The Cult of Commitment

We live in a society that glorifies commitment. The label “commitment phobe” is a put-down. However, what is a commitment? Based on a nearby dictionary, it is “an engagement or obligation that restricts freedom of action.”

An engagement that restricts freedom of action? How is this a good thing? It is my belief then that commitment-phobia is not something we should be ashamed of. Rather, I am a commitment phobe by choice.

Happiness is an elusive goal for many, but many studies show that an important component of happiness is freedom or autonomy. This is why I believe that the formula for freedom is based on commitment or obligation. If you have less obligation, you have more freedom, and more freedom means more happiness.

However, as many people point out, you cannot be completely free of all commitment or obligation. For example, there are necessities like food, water, clothing and shelter. However, necessities are no longer an obligation if it is someone else’s obligation to provide these to you.

This is where passive income comes in. If you hold shares, bonds, etc. then it is the obligation of borrowers or corporations to pay you.

Hence freedom depends on how much obligation others have to you versus how much obligation you have to others. You want to increase the obligations others have to you and reduce the obligations you have to others.

Commitmentphilia permeates society

About a week ago, during a Saturday, I commuted into the city to have dinner with a work colleague named Paul. We went to an Indian restaurant where I ate yellow lentil dahl with roti and basmati rice. I mostly eat a vegan diet, but when going to Indian restaurants I give myself the freedom to eat some dairy because there supposedly a considerably amount of dairy products such as ghee in Indian food. Paul, on the other hand, kept telling me he was on a low-carb diet, so he ate lamb. It was strange because Paul is quite an obese man, yet he was lecturing me on how carbohydrates make people fat, and I am a fairly slim man. Anyway, I didn’t want to come across as a crazy animal rights activist, so I didn’t talk much about his diet. The topic of conversation quickly moved to how I live with my mother.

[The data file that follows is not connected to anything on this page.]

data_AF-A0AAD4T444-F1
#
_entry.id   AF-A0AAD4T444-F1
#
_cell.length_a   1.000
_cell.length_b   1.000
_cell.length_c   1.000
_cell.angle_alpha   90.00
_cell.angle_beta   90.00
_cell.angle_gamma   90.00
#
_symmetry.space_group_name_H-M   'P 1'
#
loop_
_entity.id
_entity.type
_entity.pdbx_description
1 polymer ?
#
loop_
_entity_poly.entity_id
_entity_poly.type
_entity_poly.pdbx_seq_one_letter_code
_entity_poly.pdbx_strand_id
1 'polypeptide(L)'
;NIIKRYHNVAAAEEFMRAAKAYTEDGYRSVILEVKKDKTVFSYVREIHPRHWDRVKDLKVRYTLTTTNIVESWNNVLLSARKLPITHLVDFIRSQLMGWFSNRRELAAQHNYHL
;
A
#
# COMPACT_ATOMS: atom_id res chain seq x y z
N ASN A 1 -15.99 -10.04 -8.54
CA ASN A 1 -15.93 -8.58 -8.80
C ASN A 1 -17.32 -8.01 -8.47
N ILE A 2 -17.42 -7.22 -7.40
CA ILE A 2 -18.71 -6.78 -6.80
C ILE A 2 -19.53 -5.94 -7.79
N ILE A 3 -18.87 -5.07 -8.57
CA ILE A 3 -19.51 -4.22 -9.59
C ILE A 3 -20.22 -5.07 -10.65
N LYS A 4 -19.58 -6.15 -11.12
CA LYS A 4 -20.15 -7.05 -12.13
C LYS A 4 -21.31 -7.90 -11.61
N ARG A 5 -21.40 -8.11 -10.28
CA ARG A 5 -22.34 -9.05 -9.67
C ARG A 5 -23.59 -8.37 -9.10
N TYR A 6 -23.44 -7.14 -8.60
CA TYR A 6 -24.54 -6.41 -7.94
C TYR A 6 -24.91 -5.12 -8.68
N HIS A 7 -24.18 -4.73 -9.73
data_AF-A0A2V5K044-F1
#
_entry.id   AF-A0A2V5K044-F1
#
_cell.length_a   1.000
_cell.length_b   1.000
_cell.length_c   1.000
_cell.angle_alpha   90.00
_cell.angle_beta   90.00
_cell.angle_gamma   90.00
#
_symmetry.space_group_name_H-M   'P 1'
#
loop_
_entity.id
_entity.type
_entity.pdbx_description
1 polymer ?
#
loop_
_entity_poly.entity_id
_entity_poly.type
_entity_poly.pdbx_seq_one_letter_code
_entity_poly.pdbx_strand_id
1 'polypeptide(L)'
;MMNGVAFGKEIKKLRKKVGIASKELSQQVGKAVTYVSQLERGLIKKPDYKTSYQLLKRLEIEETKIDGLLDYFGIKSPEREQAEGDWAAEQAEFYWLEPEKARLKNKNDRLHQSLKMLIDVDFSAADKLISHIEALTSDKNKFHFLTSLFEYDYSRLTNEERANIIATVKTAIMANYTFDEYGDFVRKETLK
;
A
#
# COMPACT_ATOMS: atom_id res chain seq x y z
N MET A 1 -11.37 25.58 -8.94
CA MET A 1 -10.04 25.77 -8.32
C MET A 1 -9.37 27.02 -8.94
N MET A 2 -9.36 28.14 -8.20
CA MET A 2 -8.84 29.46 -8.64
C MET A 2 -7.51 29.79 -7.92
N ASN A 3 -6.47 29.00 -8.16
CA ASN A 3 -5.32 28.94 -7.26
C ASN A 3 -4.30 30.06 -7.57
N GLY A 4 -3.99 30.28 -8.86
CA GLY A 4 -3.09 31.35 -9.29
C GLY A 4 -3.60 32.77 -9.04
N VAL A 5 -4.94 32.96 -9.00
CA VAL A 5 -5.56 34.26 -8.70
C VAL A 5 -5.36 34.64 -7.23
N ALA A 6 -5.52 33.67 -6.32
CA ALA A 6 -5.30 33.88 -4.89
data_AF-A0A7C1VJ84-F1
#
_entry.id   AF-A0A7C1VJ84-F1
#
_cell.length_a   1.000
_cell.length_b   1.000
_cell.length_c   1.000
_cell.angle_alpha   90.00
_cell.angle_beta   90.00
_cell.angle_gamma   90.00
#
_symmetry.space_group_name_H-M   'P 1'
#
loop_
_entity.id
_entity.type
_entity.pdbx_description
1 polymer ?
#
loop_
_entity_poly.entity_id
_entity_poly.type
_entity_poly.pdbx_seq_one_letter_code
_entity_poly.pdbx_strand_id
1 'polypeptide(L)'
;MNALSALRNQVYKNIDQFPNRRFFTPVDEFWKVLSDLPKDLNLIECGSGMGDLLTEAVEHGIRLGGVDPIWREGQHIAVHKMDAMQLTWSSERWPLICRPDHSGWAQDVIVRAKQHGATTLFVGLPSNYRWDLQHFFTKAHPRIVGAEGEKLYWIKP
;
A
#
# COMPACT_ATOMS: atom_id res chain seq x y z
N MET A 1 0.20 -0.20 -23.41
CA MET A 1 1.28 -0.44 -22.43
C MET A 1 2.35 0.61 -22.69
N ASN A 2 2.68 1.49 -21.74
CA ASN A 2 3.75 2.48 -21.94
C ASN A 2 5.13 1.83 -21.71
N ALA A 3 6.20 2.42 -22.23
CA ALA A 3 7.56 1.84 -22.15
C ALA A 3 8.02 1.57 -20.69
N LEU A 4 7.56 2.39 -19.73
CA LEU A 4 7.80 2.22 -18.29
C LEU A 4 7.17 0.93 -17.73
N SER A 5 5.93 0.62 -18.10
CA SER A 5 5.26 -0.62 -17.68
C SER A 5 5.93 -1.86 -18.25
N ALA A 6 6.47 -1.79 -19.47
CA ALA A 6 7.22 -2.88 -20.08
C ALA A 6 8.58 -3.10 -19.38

Paul lives in the city. He rents an apartment for himself and pays about A$2000 (US$1600) per month for it. Meanwhile, I live out in the suburbs in my mother’s house (my parents are divorced). I pay about half the bills, and I commute to the city for work.

Many people try to shame me for living with my parents, and Paul was no exception. His first argument against me living with  my mother is that it would be hard to date women, and I quickly agreed with him on this. My previous dates did not go well, and I am sure that living with my mother did not help. However, I am well aware of this, I accept that women don’t like men who live with their parents, so the solution is to simply not date. I haven’t been on a date in about three years.

My friend then asked me if I would ever date ever or whether I was going to go MGTOW. I simply told him that I do not commit to anything. I am actually open to dating, but I’m not going to make it a priority in life because, based on experience, I find dating to be quite a hassle. I will not commit myself to dating. I also won’t commit myself to not dating.

Paul was perplexed. He expected me to commit to something. He expected me to have my future planned out. He expected me to be clear about whether I was going to date in the future or not, but my position is that if some perfect girl drops into my lap while I’m going about my life, that’s great, but otherwise I am happy being single.

Paul then asked me if I planned to live with my mother forever or if I planned to move out, and yet again I have to repeat to him the fact that I have not committed to anything. I live with my mother now simply because I don’t want to pay for accommodation. I don’t want to rent nor do I want to buy a house because I do not want to be a slave to the banks. It is a purely economic decision based on an assessment of costs and benefits. I have taken into consideration the shame and stigma of living with parents as well as the inconvenience of living with others, and I have weighed this against the money I’ll save by not renting or buying.